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Logos, colors and brand books: How to create a design system for your company

I bet you can recognize a KitKat chocolate bar from afar. The logo, the fonts, the colors—you’ve seen them so many times and they are always the same in each of 180 countries it’s sold.

It’s difficult to keep such a global brand consistent in its style, while employing hundreds of thousands of people from all over the world. But KitKat’s producer Nestlé has built a design system that helped it scale and stay recognizable anywhere.

A company’s design system is a collection of reusable components, patterns, guides and codes for building websites and apps, as well as for any other type of communication with stakeholders.

If you are building a solid brand, you should invest in a design system early. Or consider rebranding.

When a company needs to rebrand

  • Clients can’t understand what the company does and what value it offers.

  • The company’s website, social media, and publications in the press—all look different.

  • Your designers often need to come up with new elements from scratch.

  • Your design was developed more than five years ago.

Whether you are creating your design system from scratch or updating the existing one, the process looks similar.

Step #1. Hold a brand strategy session

The process begins with a brand session with designers, brand managers and top managers. If you don’t have a designer, consider hiring a marketing agency or freelance specialists.

During the brand session, you describe your positioning, brand nature and the tone of voice you’d like to use with clients.

Your design should convey everything you’ve already put into the brand: its positioning, mission, goals and style.

You can't design for the sake of design—there's always a problem it fixes or an image it helps you to reinforce.

The documented brand session will be the basis for the next stage.

Step #2. Create a design brief

A design brief is a document that describes the problem, the task, the company’s background, preferences and all the requirements and expectations of the team for future design. It should also include info about the budget and deadlines.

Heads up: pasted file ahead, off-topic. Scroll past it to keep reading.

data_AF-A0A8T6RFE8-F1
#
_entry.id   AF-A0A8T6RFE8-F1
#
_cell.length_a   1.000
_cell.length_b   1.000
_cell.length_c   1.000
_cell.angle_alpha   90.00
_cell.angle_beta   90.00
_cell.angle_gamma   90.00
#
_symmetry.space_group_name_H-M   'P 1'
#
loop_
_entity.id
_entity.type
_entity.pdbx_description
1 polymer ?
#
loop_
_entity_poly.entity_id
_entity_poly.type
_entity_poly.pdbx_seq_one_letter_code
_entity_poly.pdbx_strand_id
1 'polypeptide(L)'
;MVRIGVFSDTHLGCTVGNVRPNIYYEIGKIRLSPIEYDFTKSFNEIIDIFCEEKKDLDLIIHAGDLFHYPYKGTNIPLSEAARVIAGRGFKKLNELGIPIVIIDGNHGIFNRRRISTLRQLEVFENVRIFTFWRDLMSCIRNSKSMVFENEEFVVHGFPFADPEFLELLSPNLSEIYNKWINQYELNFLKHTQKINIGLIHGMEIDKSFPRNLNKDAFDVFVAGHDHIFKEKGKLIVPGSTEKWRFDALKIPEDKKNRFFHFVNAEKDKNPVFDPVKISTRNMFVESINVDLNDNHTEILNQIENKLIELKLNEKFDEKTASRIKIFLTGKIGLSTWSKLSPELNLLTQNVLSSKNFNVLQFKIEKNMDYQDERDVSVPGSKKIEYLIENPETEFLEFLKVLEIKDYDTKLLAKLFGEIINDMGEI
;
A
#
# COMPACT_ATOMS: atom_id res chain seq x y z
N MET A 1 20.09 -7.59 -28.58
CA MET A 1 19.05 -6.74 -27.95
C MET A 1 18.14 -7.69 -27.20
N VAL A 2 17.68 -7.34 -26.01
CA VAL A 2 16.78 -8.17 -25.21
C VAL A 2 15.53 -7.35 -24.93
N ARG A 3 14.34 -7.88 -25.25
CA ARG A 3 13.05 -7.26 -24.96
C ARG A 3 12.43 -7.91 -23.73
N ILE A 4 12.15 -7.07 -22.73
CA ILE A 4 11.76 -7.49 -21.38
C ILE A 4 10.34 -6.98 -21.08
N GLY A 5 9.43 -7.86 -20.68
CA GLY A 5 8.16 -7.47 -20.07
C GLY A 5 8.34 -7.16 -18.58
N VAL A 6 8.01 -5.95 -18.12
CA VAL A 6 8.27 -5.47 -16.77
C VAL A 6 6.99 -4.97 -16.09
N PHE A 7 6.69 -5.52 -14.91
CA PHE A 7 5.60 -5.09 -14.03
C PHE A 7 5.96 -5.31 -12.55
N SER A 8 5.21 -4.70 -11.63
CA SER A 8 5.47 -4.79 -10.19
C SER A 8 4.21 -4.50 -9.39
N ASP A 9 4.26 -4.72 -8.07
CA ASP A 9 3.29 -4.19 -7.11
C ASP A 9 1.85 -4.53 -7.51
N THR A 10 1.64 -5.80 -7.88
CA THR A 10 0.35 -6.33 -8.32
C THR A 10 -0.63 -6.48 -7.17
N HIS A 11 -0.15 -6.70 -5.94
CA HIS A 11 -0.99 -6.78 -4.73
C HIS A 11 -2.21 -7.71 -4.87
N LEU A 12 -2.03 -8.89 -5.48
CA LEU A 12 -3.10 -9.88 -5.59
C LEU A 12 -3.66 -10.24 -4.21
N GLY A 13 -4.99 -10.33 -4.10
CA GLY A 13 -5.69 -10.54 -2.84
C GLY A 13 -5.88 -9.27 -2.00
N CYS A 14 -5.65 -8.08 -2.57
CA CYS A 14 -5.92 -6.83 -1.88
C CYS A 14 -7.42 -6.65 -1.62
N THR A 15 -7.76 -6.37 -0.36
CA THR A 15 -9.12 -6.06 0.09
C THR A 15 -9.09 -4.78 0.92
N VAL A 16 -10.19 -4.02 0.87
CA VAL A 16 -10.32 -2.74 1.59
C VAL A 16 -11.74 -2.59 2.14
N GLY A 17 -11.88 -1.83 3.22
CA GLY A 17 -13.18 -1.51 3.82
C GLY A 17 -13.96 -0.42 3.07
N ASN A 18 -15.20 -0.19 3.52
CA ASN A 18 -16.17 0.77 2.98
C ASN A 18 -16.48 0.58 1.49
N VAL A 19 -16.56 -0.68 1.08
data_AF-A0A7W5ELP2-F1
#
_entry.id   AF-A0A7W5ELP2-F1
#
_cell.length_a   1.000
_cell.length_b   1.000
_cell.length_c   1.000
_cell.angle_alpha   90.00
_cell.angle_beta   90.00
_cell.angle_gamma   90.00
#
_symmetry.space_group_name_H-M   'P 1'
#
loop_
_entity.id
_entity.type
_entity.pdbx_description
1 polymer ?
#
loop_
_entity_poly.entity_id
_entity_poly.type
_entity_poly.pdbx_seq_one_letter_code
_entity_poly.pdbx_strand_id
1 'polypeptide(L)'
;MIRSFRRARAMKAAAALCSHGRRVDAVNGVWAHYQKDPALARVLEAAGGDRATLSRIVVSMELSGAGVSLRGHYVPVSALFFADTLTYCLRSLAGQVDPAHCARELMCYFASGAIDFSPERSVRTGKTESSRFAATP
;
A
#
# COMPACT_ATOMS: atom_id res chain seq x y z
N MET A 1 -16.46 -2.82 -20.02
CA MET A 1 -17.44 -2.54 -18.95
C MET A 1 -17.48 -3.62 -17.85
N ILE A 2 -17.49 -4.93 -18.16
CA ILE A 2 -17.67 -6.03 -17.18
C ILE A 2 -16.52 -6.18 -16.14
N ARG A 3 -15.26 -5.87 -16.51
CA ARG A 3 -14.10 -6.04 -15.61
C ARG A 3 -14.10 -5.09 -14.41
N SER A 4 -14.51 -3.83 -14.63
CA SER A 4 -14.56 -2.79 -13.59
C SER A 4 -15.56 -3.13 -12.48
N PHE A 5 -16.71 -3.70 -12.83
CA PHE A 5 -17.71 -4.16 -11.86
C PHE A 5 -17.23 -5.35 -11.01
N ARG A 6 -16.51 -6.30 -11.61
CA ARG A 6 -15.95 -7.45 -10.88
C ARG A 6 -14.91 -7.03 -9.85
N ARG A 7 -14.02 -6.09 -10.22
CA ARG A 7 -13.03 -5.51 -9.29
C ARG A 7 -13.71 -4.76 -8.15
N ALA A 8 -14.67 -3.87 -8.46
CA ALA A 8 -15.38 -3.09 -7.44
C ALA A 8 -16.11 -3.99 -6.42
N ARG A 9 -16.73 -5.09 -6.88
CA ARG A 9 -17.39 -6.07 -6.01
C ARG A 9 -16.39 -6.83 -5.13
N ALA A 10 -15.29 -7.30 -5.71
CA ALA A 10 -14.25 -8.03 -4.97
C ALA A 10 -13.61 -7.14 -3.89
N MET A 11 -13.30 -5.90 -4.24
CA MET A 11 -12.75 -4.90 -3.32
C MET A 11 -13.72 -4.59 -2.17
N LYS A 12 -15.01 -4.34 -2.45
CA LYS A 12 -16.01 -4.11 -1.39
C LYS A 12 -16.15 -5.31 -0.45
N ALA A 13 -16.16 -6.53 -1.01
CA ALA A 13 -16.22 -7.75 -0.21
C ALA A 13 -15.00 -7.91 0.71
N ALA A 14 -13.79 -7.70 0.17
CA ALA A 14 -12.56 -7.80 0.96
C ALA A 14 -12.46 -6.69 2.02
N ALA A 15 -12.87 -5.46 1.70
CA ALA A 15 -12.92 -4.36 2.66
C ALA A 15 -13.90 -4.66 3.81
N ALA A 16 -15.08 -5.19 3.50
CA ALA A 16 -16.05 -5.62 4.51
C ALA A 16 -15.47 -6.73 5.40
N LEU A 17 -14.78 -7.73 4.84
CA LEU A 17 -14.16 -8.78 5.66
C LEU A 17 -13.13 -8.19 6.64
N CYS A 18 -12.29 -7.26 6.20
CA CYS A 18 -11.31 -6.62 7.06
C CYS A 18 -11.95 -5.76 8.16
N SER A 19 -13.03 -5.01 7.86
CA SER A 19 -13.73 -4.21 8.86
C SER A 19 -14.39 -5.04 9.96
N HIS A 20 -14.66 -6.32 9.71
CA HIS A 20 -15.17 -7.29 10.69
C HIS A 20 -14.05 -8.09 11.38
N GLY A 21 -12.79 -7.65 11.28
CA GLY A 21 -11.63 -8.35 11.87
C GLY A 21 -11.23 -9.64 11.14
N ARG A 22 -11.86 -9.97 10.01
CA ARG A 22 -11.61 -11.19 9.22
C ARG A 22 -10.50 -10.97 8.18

A good brief makes clear how to evaluate the proposed design later.

Step #3. Develop design concepts

Designers will come up with a visual idea, which will be decomposed into design elements in the future. They show the team options for logos, fonts, colors, and principles for building a design system.

The project team will choose the best option, leave comments and offer changes.

Step #4. Design brand elements

Designers finalize the concept and offer ways to incorporate its elements into the corporate identity.

These elements are usually shown on merch, covers for social networks, slide presentations and so on. At this stage, the task is to create a technical description of each element—how the logo should be displayed, what fonts and colors can and can’t be used.

As a result, you get a guideline, according to which any designer collaborating with the brand will understand how to work further.

Step #5. Put together a brand book

A brand book is a document (usually a PDF, but can be depicted on a website) with the brand's mission, goals and values and how they are translated through your design system.

The main goal of a brand book is to describe the mission and strategy of the brand with clear instructions on how to use design elements.

The Uber brand book describes how to use the company’s logo, colors, etc.

A brand book has two parts: the brand component (philosophical) and the design component (practical).

The main blocks of the first part.

  • Who are we?

  • What do we believe in?

  • What do we stand for?

  • What value do we bring our customers—rational and emotional?

  • What are we—our style, mood, tone of voice?

The main blocks of the second part.

  • Logo: aspect ratio, margin, acceptable and unacceptable use cases.

  • Typography: types of fonts we use (logo font, main and additional fonts).

  • Colors: a range of corporate colors in different color models.

  • Corporate graphics: the style of decorative elements for sections of websites, social networks, presentations, merch, covers, and posters.

  • Visual and photo language: what type of illustrations or photos we use; how we color-correct them.

  • Communication design and layout rules: proportions and sizes.

If all the elements and rules for their use from two blocks reflect the philosophy of the product, then you can say that you’ve created a design system.

Cover photo by Luca Bravo on Unsplash

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